Genetic mutation may protect against Alzheimer's

Posted: July 13, 2012 at 6:13 am

Some drugs in development target what scientists have thought is the root cause of Alzheimer's - the buildup in the brain of amyloid protein. Newly published research supports such treatments.

Researchers have discovered for the first time a genetic mutation that may protect people against the degenerative brain disease that affects almost 30 million people worldwide.

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In the U.S. there's about 5.4 million people with the disease, but barring a medical breakthrough, researchers estimate by 2050 that the number of people with Alzheimer's will grow to 16 million.

For the new research, published in the July 11 issue of Nature, a team of scientists from Iceland took a closer look at what's called amyloid-beta precursor protein (APP).

APP was discovered about 25 years ago in patients with rare inherited forms of Alzheimer's that is developed in middle age, reports Nature News. According to the researchers, APP breaks down into amyloid-beta, which shows up as plaques in the brain that are a telltale marker of the disease. Scientists have debated whether the plaque buildup contributes to causing the disease or is caused by Alzheimer's.

The scientists in the new study compared the complete genome sequences of nearly 1,800 elderly Icelanders with their medical histories and discovered a genetic mutation in a gene that produces APP. The mutation was found to slow plaque formation in the brain by 40 percent.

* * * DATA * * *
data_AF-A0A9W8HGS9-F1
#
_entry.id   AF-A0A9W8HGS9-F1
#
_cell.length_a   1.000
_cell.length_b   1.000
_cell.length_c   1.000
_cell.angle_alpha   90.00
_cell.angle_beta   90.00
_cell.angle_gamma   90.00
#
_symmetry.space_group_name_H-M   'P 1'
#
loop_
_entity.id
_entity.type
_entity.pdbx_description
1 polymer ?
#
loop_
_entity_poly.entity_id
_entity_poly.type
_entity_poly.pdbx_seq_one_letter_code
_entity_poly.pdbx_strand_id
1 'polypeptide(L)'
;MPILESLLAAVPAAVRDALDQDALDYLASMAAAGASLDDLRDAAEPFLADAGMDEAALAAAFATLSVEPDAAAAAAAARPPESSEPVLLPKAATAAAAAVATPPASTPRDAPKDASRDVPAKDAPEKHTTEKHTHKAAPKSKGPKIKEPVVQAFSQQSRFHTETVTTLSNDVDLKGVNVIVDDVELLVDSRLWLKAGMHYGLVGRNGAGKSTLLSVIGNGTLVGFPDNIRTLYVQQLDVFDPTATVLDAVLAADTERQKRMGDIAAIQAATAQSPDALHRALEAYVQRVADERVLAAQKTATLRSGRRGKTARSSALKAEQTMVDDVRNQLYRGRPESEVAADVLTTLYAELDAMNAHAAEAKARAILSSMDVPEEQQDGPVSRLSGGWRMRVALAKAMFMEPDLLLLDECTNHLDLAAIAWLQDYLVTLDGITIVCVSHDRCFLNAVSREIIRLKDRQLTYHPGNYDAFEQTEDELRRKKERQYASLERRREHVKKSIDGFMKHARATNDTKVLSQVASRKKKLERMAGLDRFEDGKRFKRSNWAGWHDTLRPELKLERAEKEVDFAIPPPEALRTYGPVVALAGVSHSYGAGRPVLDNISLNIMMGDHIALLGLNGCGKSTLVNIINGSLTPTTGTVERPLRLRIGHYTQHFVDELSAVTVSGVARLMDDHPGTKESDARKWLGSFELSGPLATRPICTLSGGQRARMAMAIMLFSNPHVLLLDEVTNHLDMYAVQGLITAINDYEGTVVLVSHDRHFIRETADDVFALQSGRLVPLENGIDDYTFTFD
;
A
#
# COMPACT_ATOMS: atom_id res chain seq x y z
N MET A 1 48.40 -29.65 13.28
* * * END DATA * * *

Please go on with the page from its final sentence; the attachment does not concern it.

Looking for the mutation in 400,000 Scandinavians, the researchers estimated that people who possess the mutation are more than five times as likely to reach 85 without developing Alzheimer's disease. People without Alzheimer's who had the mutation were also less likely to experience cognitive decline that comes with aging, suggesting that memory loss with aging and Alzheimer's disease may share a root cause.

"Pathologists have always suspected that there was a substantial overlap between Alzheimer's disease and normal age-related changes," study author Kri Stefnsson, chief executive of deCODE Genetics in Reykjavik, Iceland, told Nature News.

Since drug companies are currently investigating drugs that target amyloid production, as CBS This Morning reported in May, the new study may come as a sigh of relief for many scientists.

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Genetic mutation may protect against Alzheimer's

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